MAIN SPACE EXHIBITION
APRIL 4 – APRIL 27, 1991
RECEPTION: FRIDAY, APRIL 4, 1991 AT 8 PM
LOCATION – STRIDE GALLERY
722, 11 AVE S.W, CALGARY, ALBERTA
Being somewhat reclusive and therefore reticent to speak about my work seems to beg the question: “But what does it mean?.” As has been suggested many times by persons as far back as Plato, to more recently J. Derrida, the viewer completes the work.
Although I may not completely agree with this premise, I do find it somewhat relevant and would not argue with one who might tell me what I am doing. However, I can say that the temporal nature of this piece by definition excludes it from a static reading and places it squarely into the arena of time-based phenomena. Time-based, not only in what is materially presented but also from a psychological and personally historic point of view.
Porky Pig becomes a metaphor for not only Norman Swatrtzkoph but also for my deceased father. Swartzkoph recently put his foot in his mouth when he admitted in an interview with David Frost that rather than offer the ceasefire, Bush should have pushed all the way to Baghdad. The next day he humbly revised this opinion. When I was a small boy, my father used to say, “Brian, you crazy tyke, put that ax down!”.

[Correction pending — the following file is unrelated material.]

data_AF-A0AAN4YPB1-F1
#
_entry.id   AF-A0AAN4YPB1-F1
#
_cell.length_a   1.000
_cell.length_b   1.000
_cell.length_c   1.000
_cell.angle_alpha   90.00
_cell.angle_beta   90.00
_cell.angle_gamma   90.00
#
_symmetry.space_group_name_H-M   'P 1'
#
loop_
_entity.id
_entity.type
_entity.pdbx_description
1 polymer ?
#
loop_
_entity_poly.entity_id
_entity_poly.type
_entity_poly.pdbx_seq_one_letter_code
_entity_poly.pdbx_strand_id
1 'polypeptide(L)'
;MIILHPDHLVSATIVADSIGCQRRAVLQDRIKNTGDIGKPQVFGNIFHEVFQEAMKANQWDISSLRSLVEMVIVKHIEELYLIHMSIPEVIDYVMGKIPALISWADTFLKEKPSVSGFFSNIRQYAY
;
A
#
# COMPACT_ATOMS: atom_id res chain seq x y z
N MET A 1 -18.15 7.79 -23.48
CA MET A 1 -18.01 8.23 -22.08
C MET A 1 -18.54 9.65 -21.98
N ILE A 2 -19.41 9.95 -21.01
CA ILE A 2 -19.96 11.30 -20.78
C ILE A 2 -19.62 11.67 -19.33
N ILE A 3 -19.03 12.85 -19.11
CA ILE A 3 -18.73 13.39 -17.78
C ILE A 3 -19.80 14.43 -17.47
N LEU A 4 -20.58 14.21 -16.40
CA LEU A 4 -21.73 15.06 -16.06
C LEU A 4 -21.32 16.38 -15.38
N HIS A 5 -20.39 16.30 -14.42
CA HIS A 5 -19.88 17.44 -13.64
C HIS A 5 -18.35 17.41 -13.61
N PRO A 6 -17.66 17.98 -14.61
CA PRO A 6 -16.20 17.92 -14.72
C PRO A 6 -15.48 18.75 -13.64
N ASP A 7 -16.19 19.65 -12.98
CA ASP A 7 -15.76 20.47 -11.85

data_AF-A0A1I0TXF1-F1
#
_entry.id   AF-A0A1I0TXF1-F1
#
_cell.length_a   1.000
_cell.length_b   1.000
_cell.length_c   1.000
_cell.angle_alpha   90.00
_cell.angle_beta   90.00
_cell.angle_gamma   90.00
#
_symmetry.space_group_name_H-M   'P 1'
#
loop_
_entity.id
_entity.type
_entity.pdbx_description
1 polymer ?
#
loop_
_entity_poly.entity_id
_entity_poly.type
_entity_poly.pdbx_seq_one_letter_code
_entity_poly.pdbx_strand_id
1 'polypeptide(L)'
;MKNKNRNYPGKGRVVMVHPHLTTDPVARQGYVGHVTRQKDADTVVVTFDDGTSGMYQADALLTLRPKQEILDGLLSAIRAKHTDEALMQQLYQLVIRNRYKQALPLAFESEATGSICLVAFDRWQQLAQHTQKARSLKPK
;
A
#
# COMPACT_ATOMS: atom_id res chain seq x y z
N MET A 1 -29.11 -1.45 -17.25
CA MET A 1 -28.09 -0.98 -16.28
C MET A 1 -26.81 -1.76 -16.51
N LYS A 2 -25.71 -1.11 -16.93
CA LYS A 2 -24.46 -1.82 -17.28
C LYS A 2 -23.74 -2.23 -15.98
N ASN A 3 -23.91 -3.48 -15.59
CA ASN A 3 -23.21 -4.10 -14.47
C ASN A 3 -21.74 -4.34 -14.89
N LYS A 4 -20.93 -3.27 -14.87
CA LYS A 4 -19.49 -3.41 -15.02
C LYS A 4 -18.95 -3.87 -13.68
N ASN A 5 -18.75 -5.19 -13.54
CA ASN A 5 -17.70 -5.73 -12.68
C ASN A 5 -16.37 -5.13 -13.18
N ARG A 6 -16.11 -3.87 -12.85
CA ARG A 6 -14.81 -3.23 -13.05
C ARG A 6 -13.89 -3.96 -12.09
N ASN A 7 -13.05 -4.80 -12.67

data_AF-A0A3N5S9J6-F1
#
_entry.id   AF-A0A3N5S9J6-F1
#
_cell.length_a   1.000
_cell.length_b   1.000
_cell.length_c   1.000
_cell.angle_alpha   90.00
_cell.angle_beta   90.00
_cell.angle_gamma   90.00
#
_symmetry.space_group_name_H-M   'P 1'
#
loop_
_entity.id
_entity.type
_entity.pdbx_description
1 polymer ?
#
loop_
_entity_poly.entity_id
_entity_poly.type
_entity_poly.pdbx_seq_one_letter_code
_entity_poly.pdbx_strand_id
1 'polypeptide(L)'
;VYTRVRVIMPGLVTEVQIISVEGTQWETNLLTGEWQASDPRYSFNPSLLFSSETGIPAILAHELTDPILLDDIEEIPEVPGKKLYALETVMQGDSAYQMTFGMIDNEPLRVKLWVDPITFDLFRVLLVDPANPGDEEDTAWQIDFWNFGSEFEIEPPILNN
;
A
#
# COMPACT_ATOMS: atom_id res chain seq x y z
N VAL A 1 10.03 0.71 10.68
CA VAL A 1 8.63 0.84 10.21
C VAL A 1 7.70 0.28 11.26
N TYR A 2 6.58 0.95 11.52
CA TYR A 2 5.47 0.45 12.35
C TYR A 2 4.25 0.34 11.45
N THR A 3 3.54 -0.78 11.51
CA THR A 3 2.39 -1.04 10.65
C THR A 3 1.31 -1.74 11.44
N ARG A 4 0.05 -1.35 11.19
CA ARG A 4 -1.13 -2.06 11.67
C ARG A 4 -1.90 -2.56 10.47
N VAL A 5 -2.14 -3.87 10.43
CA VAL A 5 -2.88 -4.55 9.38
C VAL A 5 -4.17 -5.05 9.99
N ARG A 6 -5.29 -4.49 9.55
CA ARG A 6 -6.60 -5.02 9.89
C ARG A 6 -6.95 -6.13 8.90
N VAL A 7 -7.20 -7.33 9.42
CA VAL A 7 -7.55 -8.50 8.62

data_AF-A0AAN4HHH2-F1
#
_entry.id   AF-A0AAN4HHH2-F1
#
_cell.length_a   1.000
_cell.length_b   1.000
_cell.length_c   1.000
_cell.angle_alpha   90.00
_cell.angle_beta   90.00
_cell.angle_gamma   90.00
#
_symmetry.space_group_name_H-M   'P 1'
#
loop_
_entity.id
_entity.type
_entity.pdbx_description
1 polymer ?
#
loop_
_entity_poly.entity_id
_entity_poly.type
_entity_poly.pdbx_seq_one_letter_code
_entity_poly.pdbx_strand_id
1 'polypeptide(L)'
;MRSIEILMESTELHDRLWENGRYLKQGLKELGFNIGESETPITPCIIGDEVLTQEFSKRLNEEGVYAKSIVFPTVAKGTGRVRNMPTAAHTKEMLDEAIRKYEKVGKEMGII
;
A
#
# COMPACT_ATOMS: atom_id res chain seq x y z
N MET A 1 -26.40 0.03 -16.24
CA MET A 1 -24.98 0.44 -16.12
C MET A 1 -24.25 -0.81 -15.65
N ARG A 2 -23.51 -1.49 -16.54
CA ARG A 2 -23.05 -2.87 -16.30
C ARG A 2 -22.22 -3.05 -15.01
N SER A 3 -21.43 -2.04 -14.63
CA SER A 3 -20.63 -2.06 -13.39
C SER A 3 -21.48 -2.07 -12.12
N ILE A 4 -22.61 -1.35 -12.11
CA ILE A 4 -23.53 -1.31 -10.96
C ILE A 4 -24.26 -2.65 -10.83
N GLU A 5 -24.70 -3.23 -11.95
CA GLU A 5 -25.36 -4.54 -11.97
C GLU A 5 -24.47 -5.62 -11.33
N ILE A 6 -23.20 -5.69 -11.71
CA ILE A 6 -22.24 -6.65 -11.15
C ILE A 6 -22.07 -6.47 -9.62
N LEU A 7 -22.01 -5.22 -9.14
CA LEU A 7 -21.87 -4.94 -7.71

Needless to say, this kind of indecision on dad’s part implanted an insecurity in me that I cannot shake to this day. I prefer to remain in the wings.
Permission is encouragement.
Permission is taken, not granted.
Spectacle denies access to its own mechanics.
Spectacle’s poker face has a twofold function – to deny access and to give us our money’s worth.
Suspicion that Spectacle cheats confirms automatically that our pockets are getting empty.
Content is penny ante. It is, therefore, the only thing worthy of our consideration.
Spectacle indulges Technology.
Technology encourages Spectacle.
If you’ve got it – use it.
If you don’t have it – get it.
If it doesn’t exist – make it.
-Brian Pool, April 1991